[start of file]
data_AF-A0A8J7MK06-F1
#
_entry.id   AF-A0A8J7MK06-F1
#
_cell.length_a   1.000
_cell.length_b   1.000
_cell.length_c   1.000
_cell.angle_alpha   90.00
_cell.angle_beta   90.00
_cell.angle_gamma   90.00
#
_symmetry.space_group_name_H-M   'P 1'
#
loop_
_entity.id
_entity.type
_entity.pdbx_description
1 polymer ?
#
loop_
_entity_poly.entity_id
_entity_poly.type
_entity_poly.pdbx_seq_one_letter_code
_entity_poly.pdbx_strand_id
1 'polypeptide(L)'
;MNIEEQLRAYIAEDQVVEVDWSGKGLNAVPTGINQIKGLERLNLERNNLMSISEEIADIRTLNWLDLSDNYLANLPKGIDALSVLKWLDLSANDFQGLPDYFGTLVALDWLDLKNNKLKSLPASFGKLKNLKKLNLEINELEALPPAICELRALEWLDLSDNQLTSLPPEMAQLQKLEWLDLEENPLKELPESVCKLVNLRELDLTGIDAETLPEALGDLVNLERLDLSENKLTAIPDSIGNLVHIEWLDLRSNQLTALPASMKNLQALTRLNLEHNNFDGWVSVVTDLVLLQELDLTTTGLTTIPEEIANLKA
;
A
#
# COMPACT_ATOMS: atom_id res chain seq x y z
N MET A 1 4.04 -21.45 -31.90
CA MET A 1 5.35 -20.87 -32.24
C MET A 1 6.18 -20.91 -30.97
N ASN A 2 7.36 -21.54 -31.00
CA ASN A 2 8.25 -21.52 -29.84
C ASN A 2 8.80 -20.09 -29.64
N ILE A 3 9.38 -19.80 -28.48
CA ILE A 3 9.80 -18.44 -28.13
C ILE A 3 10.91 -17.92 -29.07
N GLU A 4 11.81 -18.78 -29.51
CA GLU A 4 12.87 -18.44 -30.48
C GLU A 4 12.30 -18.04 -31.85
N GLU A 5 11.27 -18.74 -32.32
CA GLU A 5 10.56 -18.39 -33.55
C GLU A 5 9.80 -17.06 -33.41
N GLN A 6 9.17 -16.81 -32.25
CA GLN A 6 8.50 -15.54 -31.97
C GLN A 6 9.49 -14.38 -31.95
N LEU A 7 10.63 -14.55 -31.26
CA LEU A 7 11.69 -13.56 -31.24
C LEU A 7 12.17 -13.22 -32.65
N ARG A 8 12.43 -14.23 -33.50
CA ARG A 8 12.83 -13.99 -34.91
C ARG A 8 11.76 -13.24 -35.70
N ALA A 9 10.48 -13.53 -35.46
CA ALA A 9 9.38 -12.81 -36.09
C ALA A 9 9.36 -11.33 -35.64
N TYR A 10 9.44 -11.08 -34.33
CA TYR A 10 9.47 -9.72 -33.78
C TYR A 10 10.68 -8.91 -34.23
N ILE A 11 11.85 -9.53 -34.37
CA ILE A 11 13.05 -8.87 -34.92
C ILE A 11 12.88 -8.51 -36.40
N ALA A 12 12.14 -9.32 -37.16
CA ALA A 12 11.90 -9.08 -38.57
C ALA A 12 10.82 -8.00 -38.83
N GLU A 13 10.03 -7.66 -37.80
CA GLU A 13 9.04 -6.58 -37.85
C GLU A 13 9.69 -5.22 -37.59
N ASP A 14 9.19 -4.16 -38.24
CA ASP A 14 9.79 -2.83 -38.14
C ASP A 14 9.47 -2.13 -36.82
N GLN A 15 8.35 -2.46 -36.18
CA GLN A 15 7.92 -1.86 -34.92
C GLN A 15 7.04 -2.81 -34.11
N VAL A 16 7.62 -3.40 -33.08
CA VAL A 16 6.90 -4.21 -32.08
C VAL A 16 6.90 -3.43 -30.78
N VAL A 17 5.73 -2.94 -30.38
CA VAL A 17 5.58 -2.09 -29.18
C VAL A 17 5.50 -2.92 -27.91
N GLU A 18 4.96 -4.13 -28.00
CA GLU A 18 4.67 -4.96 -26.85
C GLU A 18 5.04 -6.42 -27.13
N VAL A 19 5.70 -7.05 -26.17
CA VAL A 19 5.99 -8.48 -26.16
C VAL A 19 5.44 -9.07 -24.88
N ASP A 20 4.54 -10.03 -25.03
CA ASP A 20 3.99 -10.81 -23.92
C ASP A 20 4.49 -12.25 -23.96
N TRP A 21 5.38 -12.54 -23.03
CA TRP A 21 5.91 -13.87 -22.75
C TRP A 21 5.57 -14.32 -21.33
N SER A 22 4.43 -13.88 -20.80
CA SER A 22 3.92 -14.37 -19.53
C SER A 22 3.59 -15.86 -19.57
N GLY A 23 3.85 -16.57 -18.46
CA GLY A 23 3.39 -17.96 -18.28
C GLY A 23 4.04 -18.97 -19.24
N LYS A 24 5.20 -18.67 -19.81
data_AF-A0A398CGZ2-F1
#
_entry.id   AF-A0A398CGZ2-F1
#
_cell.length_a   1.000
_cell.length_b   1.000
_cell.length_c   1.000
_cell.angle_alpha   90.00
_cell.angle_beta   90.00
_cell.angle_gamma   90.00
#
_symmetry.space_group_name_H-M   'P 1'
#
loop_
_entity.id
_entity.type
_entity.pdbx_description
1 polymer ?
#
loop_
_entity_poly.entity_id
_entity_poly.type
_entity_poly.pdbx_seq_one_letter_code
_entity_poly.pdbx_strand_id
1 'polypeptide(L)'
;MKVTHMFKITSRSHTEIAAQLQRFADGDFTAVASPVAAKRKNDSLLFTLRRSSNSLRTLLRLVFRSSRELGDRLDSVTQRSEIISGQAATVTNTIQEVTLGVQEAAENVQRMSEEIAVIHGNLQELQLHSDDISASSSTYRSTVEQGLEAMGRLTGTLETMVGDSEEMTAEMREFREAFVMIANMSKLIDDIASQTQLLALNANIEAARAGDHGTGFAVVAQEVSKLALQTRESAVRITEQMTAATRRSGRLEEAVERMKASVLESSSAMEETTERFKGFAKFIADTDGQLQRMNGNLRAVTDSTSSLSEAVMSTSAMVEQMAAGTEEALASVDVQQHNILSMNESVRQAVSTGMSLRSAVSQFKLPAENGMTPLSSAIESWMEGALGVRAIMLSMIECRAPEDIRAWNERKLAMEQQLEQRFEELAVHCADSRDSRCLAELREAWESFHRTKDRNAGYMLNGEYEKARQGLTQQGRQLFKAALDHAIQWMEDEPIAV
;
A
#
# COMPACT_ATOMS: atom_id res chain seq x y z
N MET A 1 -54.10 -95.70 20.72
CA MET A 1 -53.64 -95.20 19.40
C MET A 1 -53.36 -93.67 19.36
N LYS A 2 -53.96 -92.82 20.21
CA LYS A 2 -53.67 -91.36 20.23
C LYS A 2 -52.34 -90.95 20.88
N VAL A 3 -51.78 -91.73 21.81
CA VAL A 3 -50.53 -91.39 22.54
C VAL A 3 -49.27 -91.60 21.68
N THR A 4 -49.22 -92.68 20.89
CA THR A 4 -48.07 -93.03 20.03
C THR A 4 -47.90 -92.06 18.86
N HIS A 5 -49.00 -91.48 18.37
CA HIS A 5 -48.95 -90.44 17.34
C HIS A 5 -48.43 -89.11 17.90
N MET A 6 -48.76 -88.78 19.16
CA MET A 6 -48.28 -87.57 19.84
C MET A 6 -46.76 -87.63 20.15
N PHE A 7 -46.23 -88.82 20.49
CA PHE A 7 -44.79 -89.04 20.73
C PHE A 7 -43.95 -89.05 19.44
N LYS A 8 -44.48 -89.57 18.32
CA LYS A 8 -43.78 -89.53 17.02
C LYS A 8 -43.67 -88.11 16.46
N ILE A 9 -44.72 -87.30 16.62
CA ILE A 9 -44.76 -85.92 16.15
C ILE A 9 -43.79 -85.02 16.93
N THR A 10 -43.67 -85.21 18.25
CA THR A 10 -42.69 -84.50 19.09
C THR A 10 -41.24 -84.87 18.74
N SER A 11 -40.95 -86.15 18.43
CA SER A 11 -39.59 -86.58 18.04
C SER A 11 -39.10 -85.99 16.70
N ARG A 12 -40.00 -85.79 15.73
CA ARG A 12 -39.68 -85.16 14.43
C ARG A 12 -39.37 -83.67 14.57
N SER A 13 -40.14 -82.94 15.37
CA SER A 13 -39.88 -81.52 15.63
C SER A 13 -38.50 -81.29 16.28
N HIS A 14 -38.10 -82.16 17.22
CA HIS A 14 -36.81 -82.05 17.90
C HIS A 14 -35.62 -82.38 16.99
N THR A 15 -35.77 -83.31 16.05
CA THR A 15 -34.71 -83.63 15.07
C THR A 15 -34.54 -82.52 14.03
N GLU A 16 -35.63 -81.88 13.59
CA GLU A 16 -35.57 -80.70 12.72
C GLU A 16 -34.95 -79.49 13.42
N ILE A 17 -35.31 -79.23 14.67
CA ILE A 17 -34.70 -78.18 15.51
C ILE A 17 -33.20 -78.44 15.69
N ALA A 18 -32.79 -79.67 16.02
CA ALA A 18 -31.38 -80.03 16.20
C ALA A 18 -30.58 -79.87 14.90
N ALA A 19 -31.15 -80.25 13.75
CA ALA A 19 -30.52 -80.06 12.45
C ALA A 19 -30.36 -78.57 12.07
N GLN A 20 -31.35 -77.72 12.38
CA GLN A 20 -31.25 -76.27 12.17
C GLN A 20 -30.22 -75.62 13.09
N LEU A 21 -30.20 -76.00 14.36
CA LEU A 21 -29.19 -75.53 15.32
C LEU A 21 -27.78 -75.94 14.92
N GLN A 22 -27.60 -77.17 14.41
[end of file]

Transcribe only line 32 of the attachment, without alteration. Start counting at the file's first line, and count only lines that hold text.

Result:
CA MET A 1 5.35 -20.87 -32.24